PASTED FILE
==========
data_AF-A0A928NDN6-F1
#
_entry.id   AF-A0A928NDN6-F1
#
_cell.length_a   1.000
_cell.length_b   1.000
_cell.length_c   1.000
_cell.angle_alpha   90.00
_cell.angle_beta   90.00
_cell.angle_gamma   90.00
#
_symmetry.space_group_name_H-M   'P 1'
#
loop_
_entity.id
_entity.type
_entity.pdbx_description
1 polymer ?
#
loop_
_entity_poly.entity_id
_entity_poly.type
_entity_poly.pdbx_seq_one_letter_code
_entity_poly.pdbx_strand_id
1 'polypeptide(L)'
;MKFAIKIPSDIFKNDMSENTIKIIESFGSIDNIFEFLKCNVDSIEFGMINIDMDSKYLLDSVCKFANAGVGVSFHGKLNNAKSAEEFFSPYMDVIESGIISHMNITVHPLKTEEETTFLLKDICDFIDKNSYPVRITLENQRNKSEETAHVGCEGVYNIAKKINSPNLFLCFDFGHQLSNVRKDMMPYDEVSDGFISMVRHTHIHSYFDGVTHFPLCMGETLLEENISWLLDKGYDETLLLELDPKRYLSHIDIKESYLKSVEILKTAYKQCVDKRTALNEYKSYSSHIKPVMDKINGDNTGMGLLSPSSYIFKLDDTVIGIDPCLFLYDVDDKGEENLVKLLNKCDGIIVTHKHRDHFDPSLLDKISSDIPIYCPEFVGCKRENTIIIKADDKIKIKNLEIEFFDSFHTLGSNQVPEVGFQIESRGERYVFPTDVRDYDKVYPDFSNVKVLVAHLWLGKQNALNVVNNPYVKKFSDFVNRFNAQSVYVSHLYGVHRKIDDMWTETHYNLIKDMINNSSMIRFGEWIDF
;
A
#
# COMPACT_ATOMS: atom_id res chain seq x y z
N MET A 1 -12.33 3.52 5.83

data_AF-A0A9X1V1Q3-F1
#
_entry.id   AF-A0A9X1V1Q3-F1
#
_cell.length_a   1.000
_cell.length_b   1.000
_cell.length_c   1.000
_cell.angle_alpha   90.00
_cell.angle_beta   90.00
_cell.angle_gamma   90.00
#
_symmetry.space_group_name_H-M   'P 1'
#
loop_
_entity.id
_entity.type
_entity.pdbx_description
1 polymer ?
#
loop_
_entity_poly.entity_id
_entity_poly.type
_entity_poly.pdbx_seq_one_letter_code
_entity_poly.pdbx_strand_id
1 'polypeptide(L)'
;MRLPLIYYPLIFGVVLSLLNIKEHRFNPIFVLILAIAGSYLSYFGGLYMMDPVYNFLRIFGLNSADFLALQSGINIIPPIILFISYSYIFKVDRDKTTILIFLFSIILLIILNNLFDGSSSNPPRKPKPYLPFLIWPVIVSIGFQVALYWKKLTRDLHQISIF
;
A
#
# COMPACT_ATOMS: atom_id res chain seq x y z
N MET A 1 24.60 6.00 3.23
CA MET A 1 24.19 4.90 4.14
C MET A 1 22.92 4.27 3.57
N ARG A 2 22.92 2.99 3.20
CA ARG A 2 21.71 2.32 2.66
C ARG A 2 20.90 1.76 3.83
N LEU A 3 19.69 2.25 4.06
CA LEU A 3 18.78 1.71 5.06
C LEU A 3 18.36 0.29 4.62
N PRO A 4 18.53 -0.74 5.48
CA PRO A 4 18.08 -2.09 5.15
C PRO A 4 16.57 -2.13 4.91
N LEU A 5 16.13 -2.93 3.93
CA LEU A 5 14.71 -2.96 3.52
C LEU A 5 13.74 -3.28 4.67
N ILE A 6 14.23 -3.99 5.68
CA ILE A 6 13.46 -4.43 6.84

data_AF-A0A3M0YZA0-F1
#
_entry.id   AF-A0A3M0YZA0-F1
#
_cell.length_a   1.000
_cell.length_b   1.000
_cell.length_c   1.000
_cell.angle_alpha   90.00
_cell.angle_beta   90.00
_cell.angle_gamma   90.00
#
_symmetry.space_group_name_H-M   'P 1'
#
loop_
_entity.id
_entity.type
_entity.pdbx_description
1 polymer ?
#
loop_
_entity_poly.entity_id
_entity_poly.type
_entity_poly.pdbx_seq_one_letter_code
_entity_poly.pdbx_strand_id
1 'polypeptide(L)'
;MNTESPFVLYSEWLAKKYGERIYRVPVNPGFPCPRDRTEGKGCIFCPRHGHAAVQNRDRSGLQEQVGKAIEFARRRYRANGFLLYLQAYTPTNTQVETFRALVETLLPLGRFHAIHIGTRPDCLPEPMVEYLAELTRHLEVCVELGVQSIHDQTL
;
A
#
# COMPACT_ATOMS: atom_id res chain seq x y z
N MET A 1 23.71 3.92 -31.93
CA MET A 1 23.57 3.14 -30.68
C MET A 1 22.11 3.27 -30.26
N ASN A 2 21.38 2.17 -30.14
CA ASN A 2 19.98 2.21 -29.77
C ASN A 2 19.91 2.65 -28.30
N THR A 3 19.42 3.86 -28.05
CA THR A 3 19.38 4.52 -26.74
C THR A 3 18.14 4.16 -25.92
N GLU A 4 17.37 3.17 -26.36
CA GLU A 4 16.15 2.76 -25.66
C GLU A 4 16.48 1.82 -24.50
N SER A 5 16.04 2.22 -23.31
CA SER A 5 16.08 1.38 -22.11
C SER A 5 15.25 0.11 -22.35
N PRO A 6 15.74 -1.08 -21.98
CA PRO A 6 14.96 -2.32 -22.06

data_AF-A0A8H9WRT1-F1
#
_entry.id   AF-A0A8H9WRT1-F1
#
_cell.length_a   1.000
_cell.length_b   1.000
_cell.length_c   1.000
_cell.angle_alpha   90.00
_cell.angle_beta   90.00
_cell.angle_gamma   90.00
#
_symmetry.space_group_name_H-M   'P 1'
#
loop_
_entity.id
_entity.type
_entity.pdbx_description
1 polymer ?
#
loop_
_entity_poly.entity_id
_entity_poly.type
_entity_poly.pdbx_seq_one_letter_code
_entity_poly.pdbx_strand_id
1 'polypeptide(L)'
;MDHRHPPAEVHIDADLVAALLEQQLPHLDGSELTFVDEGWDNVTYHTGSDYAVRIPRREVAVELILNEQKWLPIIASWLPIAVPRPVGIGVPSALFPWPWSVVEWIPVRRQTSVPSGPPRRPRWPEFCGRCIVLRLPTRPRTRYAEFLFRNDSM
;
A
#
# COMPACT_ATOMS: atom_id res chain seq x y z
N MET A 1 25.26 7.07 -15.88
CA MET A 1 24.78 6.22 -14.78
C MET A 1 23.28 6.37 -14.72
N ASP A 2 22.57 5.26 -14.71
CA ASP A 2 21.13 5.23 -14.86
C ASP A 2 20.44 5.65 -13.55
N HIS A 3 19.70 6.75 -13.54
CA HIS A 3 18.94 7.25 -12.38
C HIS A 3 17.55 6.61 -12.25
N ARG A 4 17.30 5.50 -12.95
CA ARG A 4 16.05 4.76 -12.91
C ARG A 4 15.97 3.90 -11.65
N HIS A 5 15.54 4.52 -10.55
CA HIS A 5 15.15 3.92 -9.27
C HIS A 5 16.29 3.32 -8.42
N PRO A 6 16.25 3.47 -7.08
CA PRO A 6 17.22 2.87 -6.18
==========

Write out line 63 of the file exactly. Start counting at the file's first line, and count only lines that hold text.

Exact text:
CA MET A 1 24.19 4.90 4.14